Other ‘Bad Idea’ Poems may be read online: I’m pleased to say three poems from Bad Idea have now appeared in Monitor on Racism. Patricia Farrell’s two images of Bo (now he’s an important figure again, he was still in the political wilderness then, but: when you decide to be PM at 5 you really are going to achieve it, aren’t you?! Especially with your Etonian ‘effortless superiority) accompany them. Find the poems here. http://monitoracism.eu/from-bad-idea/

Four consecutive poems from Bad Idea (XLV-XLVIII) are published together recently in International Times. Thanks poetry editor Rupert Loydell. They read well with today’s outing. HERE
I write about them here:  



If you ‘do the math’ you can see that I’d run out of the poems at this rate of progress, in September, but the Flexibretension (and Bo’s and Hunt’s extremist ‘do or die’ deadline) runs to 31st October. I need to call a summit of Drayton’s ‘thrice-three Muses’ to discuss possibilities. Another sequence? Or a sort of standing still by producing multiple versions of a particular sonnet on the way? Or have a summer recess, like the MPs will: ‘time for a last visa-free Euro recess: British disdain amongst the scattered hegemonies,’ as one of the poems says!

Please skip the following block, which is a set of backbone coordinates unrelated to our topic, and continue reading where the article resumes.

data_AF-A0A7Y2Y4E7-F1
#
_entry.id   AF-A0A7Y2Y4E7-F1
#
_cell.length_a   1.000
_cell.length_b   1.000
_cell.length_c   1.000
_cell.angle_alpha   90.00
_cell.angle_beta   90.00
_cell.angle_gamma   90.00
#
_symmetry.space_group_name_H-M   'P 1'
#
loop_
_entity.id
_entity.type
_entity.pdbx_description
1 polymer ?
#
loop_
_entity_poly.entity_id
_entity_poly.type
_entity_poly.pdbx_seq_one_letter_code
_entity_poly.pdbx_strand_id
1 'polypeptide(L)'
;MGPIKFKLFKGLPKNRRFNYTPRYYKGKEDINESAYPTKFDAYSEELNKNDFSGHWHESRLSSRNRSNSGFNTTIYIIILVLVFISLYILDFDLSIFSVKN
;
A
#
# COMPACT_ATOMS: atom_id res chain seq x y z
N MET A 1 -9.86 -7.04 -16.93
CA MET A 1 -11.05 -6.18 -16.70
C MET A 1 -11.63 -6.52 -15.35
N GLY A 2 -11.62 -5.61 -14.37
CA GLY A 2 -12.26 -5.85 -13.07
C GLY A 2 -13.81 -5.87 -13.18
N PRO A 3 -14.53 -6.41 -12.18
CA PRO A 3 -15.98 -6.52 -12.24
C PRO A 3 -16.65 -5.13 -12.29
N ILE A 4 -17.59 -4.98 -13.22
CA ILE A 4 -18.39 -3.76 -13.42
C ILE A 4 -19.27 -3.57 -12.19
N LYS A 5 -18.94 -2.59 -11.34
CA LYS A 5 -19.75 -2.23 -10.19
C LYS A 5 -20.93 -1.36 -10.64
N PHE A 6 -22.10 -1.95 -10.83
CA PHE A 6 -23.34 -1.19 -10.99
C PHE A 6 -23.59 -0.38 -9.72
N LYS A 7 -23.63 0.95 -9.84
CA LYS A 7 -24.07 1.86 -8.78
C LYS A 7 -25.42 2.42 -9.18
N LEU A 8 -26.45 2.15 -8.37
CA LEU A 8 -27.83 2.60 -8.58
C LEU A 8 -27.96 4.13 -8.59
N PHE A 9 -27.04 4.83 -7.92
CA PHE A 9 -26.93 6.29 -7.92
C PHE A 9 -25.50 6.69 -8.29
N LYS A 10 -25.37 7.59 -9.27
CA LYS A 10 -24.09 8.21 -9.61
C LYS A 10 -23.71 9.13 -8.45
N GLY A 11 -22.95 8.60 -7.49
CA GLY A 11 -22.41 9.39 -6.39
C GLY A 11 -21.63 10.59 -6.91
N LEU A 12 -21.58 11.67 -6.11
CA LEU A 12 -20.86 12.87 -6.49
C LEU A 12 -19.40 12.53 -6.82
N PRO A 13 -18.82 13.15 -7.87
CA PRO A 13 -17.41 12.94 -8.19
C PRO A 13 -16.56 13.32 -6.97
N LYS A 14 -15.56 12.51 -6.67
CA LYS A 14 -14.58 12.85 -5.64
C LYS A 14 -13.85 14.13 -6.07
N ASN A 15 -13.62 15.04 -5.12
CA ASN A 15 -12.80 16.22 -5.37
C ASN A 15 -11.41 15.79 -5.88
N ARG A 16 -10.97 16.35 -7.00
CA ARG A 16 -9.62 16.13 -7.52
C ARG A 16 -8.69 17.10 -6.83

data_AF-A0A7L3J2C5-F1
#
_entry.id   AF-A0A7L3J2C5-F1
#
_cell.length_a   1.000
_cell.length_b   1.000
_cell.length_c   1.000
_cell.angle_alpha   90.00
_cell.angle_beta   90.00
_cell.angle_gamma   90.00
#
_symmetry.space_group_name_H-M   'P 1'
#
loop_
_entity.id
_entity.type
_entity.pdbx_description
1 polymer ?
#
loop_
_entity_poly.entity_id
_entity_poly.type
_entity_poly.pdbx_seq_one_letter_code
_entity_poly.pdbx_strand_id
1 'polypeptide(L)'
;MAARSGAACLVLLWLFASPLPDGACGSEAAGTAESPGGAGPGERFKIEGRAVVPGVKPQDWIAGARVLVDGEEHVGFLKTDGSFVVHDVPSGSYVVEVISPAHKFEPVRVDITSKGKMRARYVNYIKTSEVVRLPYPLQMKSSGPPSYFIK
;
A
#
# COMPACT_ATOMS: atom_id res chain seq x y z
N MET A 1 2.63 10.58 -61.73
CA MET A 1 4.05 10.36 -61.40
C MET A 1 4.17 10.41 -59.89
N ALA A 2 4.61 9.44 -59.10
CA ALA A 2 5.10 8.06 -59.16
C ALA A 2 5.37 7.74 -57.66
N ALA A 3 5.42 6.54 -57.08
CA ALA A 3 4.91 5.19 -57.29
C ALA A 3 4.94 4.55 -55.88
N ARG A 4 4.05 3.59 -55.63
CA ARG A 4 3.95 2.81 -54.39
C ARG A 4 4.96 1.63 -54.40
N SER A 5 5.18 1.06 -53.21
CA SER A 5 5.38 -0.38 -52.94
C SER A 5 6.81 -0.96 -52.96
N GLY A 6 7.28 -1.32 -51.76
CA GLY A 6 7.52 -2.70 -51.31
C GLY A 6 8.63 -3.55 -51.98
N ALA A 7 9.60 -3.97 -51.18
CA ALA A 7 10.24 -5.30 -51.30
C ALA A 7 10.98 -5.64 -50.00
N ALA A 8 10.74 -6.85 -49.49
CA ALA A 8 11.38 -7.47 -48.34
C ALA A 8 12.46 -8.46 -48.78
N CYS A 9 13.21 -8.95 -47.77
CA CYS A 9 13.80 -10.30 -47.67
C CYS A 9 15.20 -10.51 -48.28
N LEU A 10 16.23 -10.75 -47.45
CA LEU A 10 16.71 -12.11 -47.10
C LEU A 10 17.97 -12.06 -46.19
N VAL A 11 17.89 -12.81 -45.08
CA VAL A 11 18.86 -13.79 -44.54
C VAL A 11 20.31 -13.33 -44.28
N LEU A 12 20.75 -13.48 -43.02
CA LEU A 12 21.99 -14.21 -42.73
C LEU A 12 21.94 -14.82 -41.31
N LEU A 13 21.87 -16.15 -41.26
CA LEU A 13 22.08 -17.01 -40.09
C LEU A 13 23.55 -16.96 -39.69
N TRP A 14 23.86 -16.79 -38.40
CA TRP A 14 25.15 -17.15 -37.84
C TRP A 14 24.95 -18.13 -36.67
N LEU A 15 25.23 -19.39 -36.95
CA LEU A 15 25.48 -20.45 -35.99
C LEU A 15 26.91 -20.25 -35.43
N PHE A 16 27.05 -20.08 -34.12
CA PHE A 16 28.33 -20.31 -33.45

Musing on the train last month, and in the pub, waiting for Scott Thurston, I settled upon some sonnets of Wordsworth. The idea of Bad Idea originally was that it would pass through Brexitday and onto the other side, where it might gather some positivities. There seems dying chance of that, and Wordsworth won’t help (although there are poems about Kent, where the Dogging Sites of Brexit Britain, and Farage, come from! Potential?).

But I have also located more of Drayton’s ‘Idea’ poems not included in the 1619 edition, 12 of them, and I might use them as an appendix to ‘Bad Idea’.

Poor old Drayton is somewhat out of print at the moment, though I have found a ‘Poly-Olbion’ project online, (the whole epic is online, which is refreshing), and his fine sonnet sequence ‘Idea’ (the 1619 version) is available online, including the one I’ve just translated above; have a look at both, the latter being:

Drayton, Michael. ‘Idea.’ in Arundell Esdaile, ed. Daniel’s Delia and Drayton’s Idea.
London: Chatto and Windus: 1908. 67-141; online at Luminarium:  http://www.luminarium.org/editions/idea.htm

This is also the source (http://www.luminarium.org/) for much more of Drayton’s poetry, including the ‘extra’ sonnets I have located for possible further transpositions, as I think of them:

Although I am using

Tuley, Mark. ed. Elizabethan Sonnet Cycles: Five Major Elizabethan Sonnet Cycles: by Samuel Daniel, Michael Drayton, Sir Philip Sidney, William Shakespeare and Edmund Spenser. Crescent Moon Publishing, Maidstone: Kent, 2010,

a careless book that even misses one sonnet out! 

In fact, I’ve now bought